Three Tough Glues for Outdoor Use
The right adhesive will keep joints tight and wood from rotting.
Synopsis: Having experimented with a dozen exterior glues, New Orleans contractor John Michael Davis picks his three favorites and explains where and when he uses each one. Along the way he offers tips to help ensure that exterior glue joints stay together.
In the early 1990s, I moved back to New Orleans after spending many years working as a carpenter in California. At that time, my knowledge of adhesives could be summed up in two words: yellow glue. Wherever I needed to join two pieces of trim—whether inside or outside— I’d squeeze out a dab of glue, nail the wood securely, and forget about it—only for a while, as it turned out. My cavalier approach to joinery may have been acceptable for the benign California environment, but not for the sweaty pressure cooker that New Orleans residents laughingly call a climate. After a year or two of seasonal movement, many of the joints I was so proud of had separated, giving moisture and rot a clear shot at vulnerable end grain.
Since then, I’ve experimented with more than a dozen adhesives marketed for exterior use, and I’ve regularly monitored my creations to see how they’ve held up. Although other glues have their advantages, I’ve settled on three that are particularly effective for my work and my location: For simple, tight-fitted joints, I use polyurethane glue; for clamp-free assemblies and gap-filling, I use hot-melt polyurethane; and for extreme conditions, I use marine epoxy.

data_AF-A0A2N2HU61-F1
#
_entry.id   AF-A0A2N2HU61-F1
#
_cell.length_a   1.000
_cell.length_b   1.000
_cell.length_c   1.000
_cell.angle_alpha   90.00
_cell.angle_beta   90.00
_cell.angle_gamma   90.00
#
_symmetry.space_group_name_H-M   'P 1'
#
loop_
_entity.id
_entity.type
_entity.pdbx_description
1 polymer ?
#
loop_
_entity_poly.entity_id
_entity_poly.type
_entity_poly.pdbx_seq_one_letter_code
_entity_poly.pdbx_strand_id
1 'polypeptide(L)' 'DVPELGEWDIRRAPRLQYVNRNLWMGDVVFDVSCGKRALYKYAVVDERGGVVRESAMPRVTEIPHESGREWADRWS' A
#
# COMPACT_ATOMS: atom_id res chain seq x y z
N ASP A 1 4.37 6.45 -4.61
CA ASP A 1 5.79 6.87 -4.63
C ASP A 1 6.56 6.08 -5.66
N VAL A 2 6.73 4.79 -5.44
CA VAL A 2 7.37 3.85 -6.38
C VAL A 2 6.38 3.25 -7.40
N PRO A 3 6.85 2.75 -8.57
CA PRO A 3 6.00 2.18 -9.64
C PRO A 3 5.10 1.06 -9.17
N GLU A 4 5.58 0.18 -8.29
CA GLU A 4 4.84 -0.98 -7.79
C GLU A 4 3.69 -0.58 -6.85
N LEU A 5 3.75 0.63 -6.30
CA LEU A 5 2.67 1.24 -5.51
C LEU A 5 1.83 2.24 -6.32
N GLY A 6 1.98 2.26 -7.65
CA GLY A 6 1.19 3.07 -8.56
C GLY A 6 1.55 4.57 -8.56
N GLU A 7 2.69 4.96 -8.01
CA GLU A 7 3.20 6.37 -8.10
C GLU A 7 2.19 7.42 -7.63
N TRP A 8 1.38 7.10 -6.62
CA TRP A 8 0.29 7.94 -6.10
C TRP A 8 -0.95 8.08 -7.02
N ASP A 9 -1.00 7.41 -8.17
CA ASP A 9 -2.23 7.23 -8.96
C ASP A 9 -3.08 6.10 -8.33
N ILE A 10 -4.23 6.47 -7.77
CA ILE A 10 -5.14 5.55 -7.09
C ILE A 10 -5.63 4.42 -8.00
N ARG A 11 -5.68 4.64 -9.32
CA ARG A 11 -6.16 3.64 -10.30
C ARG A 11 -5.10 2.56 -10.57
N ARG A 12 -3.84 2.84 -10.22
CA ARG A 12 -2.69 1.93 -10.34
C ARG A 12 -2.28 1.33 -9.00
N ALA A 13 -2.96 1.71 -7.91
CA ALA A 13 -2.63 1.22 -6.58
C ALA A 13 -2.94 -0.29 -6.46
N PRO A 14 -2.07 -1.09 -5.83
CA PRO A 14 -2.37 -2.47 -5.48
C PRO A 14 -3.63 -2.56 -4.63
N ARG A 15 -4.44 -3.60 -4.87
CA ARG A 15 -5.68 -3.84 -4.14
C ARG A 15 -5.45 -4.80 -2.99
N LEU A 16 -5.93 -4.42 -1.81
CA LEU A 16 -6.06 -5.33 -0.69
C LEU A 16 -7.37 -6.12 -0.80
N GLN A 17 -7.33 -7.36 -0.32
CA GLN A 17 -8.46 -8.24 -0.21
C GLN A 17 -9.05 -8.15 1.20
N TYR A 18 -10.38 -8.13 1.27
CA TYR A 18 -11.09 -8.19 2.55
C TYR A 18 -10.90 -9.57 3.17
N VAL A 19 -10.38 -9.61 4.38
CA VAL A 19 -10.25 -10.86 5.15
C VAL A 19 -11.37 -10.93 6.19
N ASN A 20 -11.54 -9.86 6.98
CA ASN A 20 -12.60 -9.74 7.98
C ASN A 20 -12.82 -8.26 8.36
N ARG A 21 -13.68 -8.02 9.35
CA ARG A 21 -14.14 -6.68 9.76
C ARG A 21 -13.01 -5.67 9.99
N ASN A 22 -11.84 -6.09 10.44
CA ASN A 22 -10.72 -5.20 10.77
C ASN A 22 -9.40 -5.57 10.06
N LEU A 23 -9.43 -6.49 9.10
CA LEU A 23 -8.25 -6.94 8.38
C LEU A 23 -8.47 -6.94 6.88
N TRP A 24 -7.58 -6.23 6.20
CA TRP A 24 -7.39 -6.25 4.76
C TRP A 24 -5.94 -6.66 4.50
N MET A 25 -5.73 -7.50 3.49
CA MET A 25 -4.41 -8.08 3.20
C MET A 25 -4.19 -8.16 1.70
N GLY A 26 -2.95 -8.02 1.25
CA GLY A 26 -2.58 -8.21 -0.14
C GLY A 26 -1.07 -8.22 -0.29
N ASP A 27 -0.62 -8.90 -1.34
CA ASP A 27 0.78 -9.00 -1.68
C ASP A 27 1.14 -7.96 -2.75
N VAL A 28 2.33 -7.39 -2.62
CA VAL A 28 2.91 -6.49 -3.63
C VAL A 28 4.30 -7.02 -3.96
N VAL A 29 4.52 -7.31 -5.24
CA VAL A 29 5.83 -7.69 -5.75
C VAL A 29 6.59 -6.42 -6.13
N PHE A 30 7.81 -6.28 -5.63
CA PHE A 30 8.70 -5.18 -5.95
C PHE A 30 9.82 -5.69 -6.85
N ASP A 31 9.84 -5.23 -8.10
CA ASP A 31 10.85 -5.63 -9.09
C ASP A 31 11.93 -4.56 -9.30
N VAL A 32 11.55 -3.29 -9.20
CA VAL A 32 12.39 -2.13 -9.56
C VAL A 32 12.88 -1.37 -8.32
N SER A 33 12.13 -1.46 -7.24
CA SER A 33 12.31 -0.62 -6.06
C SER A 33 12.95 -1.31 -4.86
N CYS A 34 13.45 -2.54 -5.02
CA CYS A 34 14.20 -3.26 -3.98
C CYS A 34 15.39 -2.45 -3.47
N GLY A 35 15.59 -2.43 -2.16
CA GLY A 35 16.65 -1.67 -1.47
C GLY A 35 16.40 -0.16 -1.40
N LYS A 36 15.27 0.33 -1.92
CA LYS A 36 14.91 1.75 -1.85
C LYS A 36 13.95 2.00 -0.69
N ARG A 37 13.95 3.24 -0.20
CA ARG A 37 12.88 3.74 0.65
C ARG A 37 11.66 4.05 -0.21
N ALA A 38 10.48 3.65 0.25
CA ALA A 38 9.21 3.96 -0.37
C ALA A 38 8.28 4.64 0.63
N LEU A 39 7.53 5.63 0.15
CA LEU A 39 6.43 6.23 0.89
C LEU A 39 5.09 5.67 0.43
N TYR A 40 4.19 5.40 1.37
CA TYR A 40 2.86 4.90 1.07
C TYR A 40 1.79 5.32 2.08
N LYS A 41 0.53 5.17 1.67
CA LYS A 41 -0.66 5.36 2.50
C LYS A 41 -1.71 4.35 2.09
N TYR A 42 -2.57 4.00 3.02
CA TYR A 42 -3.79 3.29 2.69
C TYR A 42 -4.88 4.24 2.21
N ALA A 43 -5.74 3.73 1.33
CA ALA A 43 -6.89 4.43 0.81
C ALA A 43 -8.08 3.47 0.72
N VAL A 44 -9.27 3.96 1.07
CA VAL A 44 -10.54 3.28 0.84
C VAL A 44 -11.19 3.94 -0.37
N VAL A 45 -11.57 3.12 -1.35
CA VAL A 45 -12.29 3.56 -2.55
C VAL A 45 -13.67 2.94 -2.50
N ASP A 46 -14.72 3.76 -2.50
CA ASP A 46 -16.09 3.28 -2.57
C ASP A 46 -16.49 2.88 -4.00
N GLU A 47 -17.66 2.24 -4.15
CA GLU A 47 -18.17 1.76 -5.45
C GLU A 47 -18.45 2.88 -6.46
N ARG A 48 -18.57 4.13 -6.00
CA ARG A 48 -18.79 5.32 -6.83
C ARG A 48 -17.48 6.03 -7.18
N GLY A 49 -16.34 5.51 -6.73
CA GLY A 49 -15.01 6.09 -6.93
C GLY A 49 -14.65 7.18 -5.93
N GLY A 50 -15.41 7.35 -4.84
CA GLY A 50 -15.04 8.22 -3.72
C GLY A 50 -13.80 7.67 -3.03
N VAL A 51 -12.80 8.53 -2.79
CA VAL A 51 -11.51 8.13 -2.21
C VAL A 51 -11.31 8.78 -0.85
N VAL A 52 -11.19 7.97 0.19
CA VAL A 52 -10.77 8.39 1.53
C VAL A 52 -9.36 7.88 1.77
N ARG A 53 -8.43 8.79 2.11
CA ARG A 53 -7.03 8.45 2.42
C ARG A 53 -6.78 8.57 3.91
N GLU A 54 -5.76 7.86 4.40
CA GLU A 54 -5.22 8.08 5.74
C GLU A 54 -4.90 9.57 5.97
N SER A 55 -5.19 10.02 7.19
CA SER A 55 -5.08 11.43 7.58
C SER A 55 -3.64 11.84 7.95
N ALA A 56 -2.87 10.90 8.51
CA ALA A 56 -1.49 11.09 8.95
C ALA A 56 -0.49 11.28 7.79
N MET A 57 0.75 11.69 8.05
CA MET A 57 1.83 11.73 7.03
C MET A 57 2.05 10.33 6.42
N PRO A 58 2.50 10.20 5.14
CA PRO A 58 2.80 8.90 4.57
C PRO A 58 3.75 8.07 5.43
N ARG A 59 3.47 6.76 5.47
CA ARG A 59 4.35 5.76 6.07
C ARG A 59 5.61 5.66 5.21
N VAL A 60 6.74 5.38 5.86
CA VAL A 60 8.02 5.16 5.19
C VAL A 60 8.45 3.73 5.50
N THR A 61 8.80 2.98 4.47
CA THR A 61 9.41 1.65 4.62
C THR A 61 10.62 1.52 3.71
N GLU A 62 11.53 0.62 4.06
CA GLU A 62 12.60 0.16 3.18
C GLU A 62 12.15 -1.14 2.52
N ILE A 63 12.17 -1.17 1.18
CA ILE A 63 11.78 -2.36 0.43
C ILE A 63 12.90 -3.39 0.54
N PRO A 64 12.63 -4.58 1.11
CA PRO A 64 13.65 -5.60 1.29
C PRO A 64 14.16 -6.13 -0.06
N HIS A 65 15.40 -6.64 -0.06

No glue is totally waterproof
As far as I can tell, old-time carpenters never used any kind of glue outside. They, however, had the advantage of building with old-growth lumber species that were rock stable and highly rot-resistant.
Gluing exterior joints gives the inferior grades of lumber that we have to work with nowadays a fighting chance by sealing the grain of the wood and keeping the joint from opening up to allow water to get to that grain.
But you can’t rely on glue alone. Despite what some manufacturers might claim, no glue is 100% waterproof. Engineers tell me that the best glues are merely more water-resistant than their competitors. Given enough water and time, every glue joint will fail. So no matter what adhesive you choose, you always should design the joint to shed water, and you should keep it well painted.
I’m a working carpenter, not a scientist. I can’t provide a technical article full of formulas and properties of each glue type. But I can offer a hands-on account of what works best for me in an unforgiving climate. If you’re building in Pasadena, yellow glue might be the only two words you need to know.
Polyurethane glue is convenient but messy
Polyurethane glues first appeared about 10 years ago. The Gorilla brand is the most prominent player in the market, but I haven’t found any difference between it and less-expensive choices, such as Probond. As a single part glue that’s ready to use right out of the bottle, polyurethane is the most user-friendly adhesive in my arsenal. When I’m trimming a cornice 2-1 ⁄2 stories up, I particularly appreciate the convenience.
For more photos and details on the top three exterior glues, click the View PDF button below.